Although the United States began its international legal career in 1776 as an outlaw, a rebel against the European legal order, it soon established itself as a juridical equal among the so-called Family of Nations, consisting of “civilized” European states. Yet it is a remarkable historical fact that when the British launched the Opium War in 1839 to coerce China to participate in free trade (freedom of trade not including the right not to buy opium), most Americans sided with the Chinese, against the British. With confiscated British opium being flushed into the Canton harbor, the events echoed the still not-so-distant Boston Tea Party — two heroic acts of struggle against British imperial interventions in trade, in China and America, respectively. However, after China was indeed successfully opened for “free trade” at the end of the Opium War, in 1844 President Tyler sent the first American minister to China to negotiate a trade treaty that would create a framework for American participation in the that trade as well as the basis of the United States’ political and legal relations with China until 1943. Tyler’s plenipotentiary Caleb Cushing — a New England lawyer as well as future U.S. Attorney General — ended up exceeding his instructions and (with the backing of gunboats), negotiating an extraordinary Treaty of Peace, Trade, and Amity which ultimately placed China in a semi-colonial relationship vis-à-vis the United States. Most notably, the Treaty of Wanghia of 1844 gave Americans the privilege of extraterritoriality: even while on sovereign Chinese territory, American citizens would not be subject to “despotic” Chinese law, until such time that the Chinese had created a “civilized” (i.e., modern liberal) legal regime. This article tells the little-known story of the beginnings of Sino-American legal relations and of the foundation it laid for the emergence of an extraterritorial empire of U.S. law in the Asia Pacific, ultimately ranging from China to Japan, Korea to Siam, Borneo to Tonga, and beyond. Long before the United States came to practice European-style territorial imperialism at the conclusion of the Spanish-American War 1898, the United States became a global leader in the institutionalization of a kind of legal imperialism in the Orient. In addition to analyzing the history of U.S. extraterritorial jurisdiction in Asia, this article outlines the changing global claims to sovereignty among Europe, the United States, and China over the course of the nineteenth century.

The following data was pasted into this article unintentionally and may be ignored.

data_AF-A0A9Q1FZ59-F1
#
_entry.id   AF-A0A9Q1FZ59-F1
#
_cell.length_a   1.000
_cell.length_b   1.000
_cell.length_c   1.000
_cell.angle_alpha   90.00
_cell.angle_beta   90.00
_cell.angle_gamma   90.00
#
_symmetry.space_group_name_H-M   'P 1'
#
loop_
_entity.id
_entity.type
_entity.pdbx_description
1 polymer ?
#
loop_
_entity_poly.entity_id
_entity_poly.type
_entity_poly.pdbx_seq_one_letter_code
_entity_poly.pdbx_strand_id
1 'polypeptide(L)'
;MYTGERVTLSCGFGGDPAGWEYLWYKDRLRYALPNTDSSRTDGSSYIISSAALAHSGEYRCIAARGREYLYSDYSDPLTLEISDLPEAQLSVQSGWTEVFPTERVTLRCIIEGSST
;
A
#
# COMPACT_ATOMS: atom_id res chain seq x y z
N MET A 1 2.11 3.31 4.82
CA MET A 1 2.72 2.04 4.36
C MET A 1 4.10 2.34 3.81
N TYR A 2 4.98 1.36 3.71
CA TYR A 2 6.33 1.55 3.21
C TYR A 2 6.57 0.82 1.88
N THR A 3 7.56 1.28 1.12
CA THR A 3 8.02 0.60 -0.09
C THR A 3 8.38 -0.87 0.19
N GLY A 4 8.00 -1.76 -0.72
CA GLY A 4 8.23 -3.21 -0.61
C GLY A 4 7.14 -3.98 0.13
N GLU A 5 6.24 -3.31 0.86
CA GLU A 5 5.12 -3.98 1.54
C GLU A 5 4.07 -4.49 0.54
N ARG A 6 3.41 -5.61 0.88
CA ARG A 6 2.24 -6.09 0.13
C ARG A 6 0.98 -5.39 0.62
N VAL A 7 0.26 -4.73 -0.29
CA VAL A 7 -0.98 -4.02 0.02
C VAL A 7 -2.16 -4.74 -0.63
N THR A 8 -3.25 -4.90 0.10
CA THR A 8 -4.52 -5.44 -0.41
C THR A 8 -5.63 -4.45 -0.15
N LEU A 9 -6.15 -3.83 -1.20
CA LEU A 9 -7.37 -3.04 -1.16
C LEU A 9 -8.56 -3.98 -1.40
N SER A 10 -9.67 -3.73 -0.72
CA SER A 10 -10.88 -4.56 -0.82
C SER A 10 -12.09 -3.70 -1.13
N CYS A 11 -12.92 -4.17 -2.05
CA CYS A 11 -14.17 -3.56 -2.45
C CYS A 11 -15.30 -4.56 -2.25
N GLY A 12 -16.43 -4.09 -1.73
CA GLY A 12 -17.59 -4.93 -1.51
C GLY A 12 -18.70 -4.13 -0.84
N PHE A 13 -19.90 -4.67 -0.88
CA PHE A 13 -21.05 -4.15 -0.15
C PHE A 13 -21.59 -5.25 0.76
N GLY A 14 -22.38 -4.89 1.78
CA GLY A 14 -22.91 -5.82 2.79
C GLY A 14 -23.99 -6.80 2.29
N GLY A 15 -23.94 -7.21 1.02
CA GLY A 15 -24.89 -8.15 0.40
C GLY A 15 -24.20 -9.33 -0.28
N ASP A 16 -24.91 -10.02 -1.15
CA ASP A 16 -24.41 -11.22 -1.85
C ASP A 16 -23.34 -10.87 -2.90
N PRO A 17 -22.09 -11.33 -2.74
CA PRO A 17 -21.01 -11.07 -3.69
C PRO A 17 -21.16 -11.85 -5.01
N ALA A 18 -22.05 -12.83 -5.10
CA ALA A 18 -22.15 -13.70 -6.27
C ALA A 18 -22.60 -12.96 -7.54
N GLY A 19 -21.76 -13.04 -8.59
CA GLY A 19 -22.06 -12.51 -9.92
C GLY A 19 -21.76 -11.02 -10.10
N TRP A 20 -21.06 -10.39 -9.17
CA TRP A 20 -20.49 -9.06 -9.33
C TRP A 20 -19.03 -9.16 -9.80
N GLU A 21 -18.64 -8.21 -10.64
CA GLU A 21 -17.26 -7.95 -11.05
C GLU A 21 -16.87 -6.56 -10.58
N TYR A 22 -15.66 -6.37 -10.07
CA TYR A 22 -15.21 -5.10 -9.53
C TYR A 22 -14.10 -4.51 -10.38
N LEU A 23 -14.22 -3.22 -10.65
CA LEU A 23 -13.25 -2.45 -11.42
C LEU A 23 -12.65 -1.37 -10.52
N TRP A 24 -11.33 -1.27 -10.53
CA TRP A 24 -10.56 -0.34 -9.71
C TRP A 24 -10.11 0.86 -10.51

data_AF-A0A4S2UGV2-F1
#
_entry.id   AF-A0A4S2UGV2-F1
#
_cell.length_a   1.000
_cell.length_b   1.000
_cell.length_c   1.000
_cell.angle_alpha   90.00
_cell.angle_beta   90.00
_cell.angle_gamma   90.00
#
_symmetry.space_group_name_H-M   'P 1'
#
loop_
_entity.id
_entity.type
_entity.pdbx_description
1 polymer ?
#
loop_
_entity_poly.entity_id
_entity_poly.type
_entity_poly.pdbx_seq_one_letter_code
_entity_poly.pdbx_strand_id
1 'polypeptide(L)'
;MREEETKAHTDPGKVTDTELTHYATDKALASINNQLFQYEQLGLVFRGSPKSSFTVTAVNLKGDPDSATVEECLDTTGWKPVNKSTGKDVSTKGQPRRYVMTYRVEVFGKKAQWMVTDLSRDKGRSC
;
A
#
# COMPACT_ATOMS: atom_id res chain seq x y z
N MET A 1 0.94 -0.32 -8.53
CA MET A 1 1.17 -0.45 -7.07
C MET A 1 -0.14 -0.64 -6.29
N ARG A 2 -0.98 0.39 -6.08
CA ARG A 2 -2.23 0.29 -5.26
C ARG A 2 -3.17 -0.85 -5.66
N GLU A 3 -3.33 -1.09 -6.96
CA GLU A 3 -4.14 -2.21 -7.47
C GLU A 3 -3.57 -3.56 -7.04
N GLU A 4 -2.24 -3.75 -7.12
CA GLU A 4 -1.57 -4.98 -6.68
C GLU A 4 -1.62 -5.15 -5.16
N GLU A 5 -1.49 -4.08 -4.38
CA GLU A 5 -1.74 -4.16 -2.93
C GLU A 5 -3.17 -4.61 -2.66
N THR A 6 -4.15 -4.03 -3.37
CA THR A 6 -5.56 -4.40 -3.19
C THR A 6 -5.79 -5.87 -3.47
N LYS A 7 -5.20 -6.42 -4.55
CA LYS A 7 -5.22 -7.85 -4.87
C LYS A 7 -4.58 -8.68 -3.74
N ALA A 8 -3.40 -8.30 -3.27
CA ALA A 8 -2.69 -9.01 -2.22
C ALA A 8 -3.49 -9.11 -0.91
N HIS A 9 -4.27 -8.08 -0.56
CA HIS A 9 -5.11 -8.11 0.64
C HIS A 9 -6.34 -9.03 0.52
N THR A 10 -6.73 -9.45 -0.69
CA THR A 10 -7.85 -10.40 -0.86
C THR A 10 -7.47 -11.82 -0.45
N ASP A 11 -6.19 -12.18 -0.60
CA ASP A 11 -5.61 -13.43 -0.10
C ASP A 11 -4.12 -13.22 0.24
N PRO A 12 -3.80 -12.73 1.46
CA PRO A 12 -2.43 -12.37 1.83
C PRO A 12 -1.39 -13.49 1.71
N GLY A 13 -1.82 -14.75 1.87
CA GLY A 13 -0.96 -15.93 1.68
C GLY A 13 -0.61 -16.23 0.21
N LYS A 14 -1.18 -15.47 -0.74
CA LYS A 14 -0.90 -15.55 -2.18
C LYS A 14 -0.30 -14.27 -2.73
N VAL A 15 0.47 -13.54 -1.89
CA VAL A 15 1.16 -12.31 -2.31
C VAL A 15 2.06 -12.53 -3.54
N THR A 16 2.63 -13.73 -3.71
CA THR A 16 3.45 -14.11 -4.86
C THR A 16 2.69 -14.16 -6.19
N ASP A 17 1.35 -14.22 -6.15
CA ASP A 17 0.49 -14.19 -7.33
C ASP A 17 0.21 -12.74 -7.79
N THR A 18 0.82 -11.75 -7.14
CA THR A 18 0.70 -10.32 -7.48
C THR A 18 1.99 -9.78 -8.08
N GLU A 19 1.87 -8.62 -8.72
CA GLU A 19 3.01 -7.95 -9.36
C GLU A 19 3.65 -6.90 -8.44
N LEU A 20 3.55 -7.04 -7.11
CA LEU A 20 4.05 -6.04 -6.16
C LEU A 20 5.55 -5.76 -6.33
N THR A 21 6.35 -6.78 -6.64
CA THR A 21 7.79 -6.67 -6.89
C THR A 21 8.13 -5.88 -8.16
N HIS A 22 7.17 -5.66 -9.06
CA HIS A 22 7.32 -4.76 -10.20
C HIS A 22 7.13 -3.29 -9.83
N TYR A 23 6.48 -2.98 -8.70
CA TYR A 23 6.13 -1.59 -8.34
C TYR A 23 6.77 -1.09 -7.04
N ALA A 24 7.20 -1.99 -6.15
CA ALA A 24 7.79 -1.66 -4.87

Friday, May 31, 2013
Ruskola on "The Invention of American Imperial Sovereignty"
Teemu Ruskola, Emory University School of Law, has posted Canton is Not Boston: The Invention of American Imperial Sovereignty, which originally appeared in the American Quarterly: 57 (September 2005): 859-84. Here is the abstract: